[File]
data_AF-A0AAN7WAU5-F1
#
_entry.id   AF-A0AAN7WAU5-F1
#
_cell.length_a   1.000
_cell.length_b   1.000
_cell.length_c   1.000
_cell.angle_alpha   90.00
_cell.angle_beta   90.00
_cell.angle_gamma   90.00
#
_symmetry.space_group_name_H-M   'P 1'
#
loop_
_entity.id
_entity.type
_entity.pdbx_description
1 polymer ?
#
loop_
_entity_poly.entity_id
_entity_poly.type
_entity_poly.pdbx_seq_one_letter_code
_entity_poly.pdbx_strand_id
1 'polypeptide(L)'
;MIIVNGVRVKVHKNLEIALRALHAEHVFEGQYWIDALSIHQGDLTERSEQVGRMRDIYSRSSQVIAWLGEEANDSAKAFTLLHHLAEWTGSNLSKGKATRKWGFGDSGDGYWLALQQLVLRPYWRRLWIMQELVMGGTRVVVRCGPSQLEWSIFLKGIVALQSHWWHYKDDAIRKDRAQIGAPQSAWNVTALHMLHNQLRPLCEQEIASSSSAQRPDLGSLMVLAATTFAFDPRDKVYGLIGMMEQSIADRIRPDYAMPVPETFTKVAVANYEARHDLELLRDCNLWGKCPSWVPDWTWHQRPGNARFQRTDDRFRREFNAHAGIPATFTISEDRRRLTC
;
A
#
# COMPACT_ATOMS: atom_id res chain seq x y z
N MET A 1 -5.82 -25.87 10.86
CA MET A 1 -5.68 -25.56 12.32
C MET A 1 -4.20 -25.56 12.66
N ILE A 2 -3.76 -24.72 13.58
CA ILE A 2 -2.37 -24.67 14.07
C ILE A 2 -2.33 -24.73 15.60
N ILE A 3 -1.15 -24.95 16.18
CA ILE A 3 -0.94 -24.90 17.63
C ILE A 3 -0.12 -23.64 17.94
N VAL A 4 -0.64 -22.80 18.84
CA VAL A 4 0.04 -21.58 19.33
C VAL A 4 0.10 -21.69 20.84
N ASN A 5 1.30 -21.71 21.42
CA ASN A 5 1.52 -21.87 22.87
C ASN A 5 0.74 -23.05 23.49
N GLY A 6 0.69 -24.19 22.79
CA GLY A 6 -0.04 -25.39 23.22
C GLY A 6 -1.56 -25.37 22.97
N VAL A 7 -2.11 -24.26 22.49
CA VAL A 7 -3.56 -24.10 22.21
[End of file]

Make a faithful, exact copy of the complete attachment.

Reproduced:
data_AF-A0AAN7WAU5-F1
#
_entry.id   AF-A0AAN7WAU5-F1
#
_cell.length_a   1.000
_cell.length_b   1.000
_cell.length_c   1.000
_cell.angle_alpha   90.00
_cell.angle_beta   90.00
_cell.angle_gamma   90.00
#
_symmetry.space_group_name_H-M   'P 1'
#
loop_
_entity.id
_entity.type
_entity.pdbx_description
1 polymer ?
#
loop_
_entity_poly.entity_id
_entity_poly.type
_entity_poly.pdbx_seq_one_letter_code
_entity_poly.pdbx_strand_id
1 'polypeptide(L)'
;MIIVNGVRVKVHKNLEIALRALHAEHVFEGQYWIDALSIHQGDLTERSEQVGRMRDIYSRSSQVIAWLGEEANDSAKAFTLLHHLAEWTGSNLSKGKATRKWGFGDSGDGYWLALQQLVLRPYWRRLWIMQELVMGGTRVVVRCGPSQLEWSIFLKGIVALQSHWWHYKDDAIRKDRAQIGAPQSAWNVTALHMLHNQLRPLCEQEIASSSSAQRPDLGSLMVLAATTFAFDPRDKVYGLIGMMEQSIADRIRPDYAMPVPETFTKVAVANYEARHDLELLRDCNLWGKCPSWVPDWTWHQRPGNARFQRTDDRFRREFNAHAGIPATFTISEDRRRLTC
;
A
#
# COMPACT_ATOMS: atom_id res chain seq x y z
N MET A 1 -5.82 -25.87 10.86
CA MET A 1 -5.68 -25.56 12.32
C MET A 1 -4.20 -25.56 12.66
N ILE A 2 -3.76 -24.72 13.58
CA ILE A 2 -2.37 -24.67 14.07
C ILE A 2 -2.33 -24.73 15.60
N ILE A 3 -1.15 -24.95 16.18
CA ILE A 3 -0.94 -24.90 17.63
C ILE A 3 -0.12 -23.64 17.94
N VAL A 4 -0.64 -22.80 18.84
CA VAL A 4 0.04 -21.58 19.33
C VAL A 4 0.10 -21.69 20.84
N ASN A 5 1.30 -21.71 21.42
CA ASN A 5 1.52 -21.87 22.87
C ASN A 5 0.74 -23.05 23.49
N GLY A 6 0.69 -24.19 22.79
CA GLY A 6 -0.04 -25.39 23.22
C GLY A 6 -1.56 -25.37 22.97
N VAL A 7 -2.11 -24.26 22.49
CA VAL A 7 -3.56 -24.10 22.21